Jishu-Jinja – Matchmaking Shrine, Kyoto

Dedicated to the deity of love and matchmaking, the love shrine is always crowded with many couples and especially young girls praying for luck in love. There are two love stones in front of the shrine, placed 18m apart. If you can find your way from one to the other with your eyes closed, your wish will be granted. As the place is packed with many people, it feels like impossible to actually try to get to the other stone, or to do so without people getting in your way and getting you off your path during the day.

Visiting temples and shrines is a must do when traveling in Kyoto. warding off of disease, business success, matchmaking and beauty among other things.

In order to view this website correctly, you will need to have JavaScript enabled in your browser. A temple of the Koyasan Shingonshu branch, Tokoin worships the Yakushi Nyorai Bhaisajyaguru , which is the buddha of healing and medicine. However, after big fires and disasters, the temple has seen its ups and downs. Moreover, in early June, hydrangeas bloom, painting the grounds.

At the same time, the temple holds a Furin wind chime Festival, decorating the square before the main shrine with wind chimes that makes soothing music in the wind. A matchmaker monk by the name of Chisokuin Mukaku, who introduced the famous Sakamoto Ryoma to his wife, was a believer of the temple. His writing was carved in stone at the temple, and has now become a spot for believers to pray for good matchmaking.

Seeking Tranquility: A Guide to Kyoto’s Best Temples & Shrines

This name is derived from the pristine waters of the Otowa Waterfall , on which site the temple was built. It is also famous for its large wooden terrace. The Kyomizu-dera was founded in Its present structures were erected in

Located within the compound of Kiyomizu Temple, Jishu-jinja Shrine is considered Kyoto’s oldest matchmaking shrine. If you want some insight into your love.

Otagi Nenbutsu-ji is a temple on the outskirts of Arashiyama with a collection of unique and whimsical statues. Otagi Nenbutsu-ji Temple is hidden in the hills in far western Arashiyama. It is most famous for its collection of Rakan statues that represent the disciples of the historical Buddha. These statues are a relatively recent addition to a temple, which has a long and rather unfortunate history.

The original Otagi Temple was not built in Arashiyama, but in the Higashiyama area in However, this temple was completely washed away when the nearby Kamo-gawa River flooded its banks. In the early years of the Heian period the temple was reestablished in the north-east of Kyoto. However, over time it again fell into a dilapidated condition, until only three structures were left: the main hall, the Jizo Hall and the temple gate.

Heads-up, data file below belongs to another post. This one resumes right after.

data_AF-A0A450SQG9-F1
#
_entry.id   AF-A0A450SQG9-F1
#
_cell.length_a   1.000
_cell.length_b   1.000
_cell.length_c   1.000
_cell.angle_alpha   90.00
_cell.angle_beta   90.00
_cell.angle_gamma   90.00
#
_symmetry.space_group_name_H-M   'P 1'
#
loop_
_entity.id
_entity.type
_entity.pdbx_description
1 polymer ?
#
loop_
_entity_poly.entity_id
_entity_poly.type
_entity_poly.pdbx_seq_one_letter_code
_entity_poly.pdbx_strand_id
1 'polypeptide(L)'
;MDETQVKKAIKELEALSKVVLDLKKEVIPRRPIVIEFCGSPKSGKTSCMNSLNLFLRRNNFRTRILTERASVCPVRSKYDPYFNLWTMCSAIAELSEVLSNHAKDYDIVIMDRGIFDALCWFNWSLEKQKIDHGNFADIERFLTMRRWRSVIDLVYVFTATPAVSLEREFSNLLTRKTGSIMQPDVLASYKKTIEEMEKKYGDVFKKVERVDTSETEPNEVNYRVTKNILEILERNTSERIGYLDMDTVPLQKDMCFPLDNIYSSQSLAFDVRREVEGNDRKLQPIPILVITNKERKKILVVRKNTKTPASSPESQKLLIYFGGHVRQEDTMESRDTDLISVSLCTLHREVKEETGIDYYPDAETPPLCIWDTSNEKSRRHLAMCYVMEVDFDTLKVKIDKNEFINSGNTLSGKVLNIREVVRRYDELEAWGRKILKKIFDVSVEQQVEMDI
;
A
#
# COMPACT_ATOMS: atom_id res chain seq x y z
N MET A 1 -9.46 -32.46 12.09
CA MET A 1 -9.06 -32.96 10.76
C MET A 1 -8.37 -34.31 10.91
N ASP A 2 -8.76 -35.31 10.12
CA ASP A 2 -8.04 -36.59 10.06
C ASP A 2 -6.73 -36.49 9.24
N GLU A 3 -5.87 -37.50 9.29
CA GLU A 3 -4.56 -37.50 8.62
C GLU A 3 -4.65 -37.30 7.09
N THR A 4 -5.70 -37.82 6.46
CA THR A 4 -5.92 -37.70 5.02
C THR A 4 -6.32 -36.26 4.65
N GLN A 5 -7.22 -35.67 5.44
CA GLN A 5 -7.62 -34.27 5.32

Matchmaking the Kyoto way: 8 shrines and temples that are going to help you find a partner

Get some great pictures as you wind your way through tunnels of orange torii gates. While you’re there, take a sip of the water flowing from the mountains of Kiyomizu Temple at Otowa Waterfall for good luck! If you want some insight into your love life, check out the popular Love Fortune-Telling Rocks. It’s said that if you can successfully walk from one stone to the other with your eyes closed, then you’ll find your true love! This is a Japanese-style cafe run by a store that sells yatsuhashi , one of Kyoto’s famous confectionaries.

This shrine defies three generations of founding gods of Japan. Jishu shrine Edge in kyoto. The shrine was already famous as matchmaking shrine in Edo period.

On your first stop, pay tribute to the god of rice and sake. Inari, the Japanese Shinto Fox God, is also the patron of merchants and business. With dozens of stone foxes and thousands of red torii lining the 4km pathway, Fushimi-Inari Shrine has become instantly recognizable and is regarded as the head shrine for some 30, Inari shrines all across the Japanese archipelago. Its northern garden is composed of neatly arranged mossy stones that form a checker-board pattern. Successfully make your way between the two stones behind the temple with closed eyes for good luck.

There are three streams from the waterfalls which visitors can drink from: one for long life, one for career success, and one for love. After exploring the interiors, saunter through the gardens and toss a few coins in the Anmintaku Pond for luck.

Kyoto’s Kifune Shrine: Beautiful Shrine to The God of Water; Sacred Place for Matchmaking!

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Jishu Shrine is located near (or I would say within) Kyoto’s Kiyomizu Temple. Dedicated to the deity of love and matchmaking, the love shrine is.

The shrine is also known for its matchmaking powers, and its unique omikuji fortune telling slips. Torii gate at the entrance. It is the main Kifune Shrine out of the sub-shrines it has nationwide. Because of this, it is said that Kifune-jinja is home to the god of rising power and luck. Water deity. Kifune-jinja enshrines Takaokami-no-kami, the deity who controls water. People would perform rain rituals in the name of this deity to protect the waters of Kyoto.

The omikuji, or fortune-telling strip, is a bit unique at Kifune Shrine. Mizu-ura mikuji. After purchasing the fortune telling strip, head to the Mizu-ura-yuniwa stream, where the holy water is running. Place your omikuji on the water, and you will see the words come up.